Translating and Glossing Nouns in the Old English Gospels: A Contrastive Study

Laura Esteban-Segura


The translation of the Gospels into Old English has been a text edited on several occasions since the sixteenth century, from Parker’s edition (1571) to that by Skeat at the end of the nineteenth century (1871-1887) and, more recently, the one carried out by Liuzza in the second half of the twentieth century.[1] The Old English Gospels have received attention from many scholars working in the field of English historical linguistics. Although the lexical level has been partially analysed (see for instance Liuzza 1994-2000), it is still an under-researched area.

This article aims to examine three versions of the Gospels, namely West Saxon, Lindisfarne and Rushworth, in order to analyse the various mechanisms used by the translator(s) and glossators[2] when rendering lexical items from the original Latin text into the different dialects. The analysis focuses on the study of nouns from an interdialectal perspective, since they are collated in the three different versions, so as to establish dialectal changes. A cross-linguistic approach is also pursued by assessing how the translator(s)/glossators interpreted nouns from Latin.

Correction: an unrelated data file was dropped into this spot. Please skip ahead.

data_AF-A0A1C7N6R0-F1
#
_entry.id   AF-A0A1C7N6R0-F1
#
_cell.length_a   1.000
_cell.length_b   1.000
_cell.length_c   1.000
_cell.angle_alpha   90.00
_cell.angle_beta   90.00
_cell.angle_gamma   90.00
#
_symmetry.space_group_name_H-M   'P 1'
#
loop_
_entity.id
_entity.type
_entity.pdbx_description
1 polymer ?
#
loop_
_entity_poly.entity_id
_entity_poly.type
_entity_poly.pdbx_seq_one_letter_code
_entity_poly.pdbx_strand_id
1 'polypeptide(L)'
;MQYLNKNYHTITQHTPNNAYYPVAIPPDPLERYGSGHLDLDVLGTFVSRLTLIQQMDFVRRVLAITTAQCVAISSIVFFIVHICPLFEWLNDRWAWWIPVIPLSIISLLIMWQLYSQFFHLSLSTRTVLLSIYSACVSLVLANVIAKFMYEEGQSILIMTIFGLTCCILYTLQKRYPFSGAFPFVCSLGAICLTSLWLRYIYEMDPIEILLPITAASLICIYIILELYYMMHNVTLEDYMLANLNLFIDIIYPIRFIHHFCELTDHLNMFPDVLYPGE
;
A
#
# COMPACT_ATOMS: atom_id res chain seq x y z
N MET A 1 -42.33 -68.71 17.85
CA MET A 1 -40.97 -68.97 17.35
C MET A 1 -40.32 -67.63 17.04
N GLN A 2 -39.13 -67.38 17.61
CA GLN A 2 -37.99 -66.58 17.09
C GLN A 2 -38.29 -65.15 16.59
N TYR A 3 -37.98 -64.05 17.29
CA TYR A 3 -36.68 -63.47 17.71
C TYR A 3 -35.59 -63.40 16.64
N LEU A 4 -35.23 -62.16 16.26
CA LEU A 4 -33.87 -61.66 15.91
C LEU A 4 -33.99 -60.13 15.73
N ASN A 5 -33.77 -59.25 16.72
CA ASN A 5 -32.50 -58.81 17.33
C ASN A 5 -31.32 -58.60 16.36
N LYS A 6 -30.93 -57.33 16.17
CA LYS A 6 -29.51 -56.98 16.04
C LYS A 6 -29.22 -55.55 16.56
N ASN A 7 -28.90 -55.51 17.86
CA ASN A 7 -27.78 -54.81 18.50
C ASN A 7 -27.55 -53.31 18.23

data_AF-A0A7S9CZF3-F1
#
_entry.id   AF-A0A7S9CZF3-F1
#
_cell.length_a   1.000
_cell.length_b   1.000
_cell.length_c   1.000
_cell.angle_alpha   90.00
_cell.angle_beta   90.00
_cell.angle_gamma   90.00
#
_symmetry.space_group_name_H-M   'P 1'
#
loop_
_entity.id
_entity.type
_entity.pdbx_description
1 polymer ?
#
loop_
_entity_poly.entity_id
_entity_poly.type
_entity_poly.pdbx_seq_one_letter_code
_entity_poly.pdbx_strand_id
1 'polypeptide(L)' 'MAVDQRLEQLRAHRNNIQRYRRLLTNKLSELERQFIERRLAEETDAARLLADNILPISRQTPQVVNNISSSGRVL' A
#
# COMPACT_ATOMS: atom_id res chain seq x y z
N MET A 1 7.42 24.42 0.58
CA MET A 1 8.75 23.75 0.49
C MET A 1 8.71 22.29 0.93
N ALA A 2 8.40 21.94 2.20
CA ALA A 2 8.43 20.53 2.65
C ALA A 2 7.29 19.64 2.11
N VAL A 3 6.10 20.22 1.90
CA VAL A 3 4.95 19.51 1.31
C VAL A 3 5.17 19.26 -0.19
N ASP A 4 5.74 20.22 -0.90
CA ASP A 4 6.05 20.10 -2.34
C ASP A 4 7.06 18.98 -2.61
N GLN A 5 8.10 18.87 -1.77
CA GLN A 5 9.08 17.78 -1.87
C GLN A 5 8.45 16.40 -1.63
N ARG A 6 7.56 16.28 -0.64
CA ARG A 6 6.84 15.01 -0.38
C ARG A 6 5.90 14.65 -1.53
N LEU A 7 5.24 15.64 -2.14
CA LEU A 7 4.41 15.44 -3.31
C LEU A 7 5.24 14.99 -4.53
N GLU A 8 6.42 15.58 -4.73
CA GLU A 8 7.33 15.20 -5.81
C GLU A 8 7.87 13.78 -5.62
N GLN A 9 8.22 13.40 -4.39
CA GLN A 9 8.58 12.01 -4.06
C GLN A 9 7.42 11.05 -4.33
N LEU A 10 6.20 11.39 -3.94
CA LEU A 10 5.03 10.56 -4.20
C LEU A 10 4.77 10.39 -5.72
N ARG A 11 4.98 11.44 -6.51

[1] The Anglo-Saxon Gospels have also been edited by Marshall and Junius (1665), Thorpe (1842), and Bosworth and Waring (1865).

[2] The scribes copying the text of the manuscript could have also had an active role by introducing modifications.


Old English Gospels; West Saxon; Lindisfarne gloss; Rushworth gloss; translation

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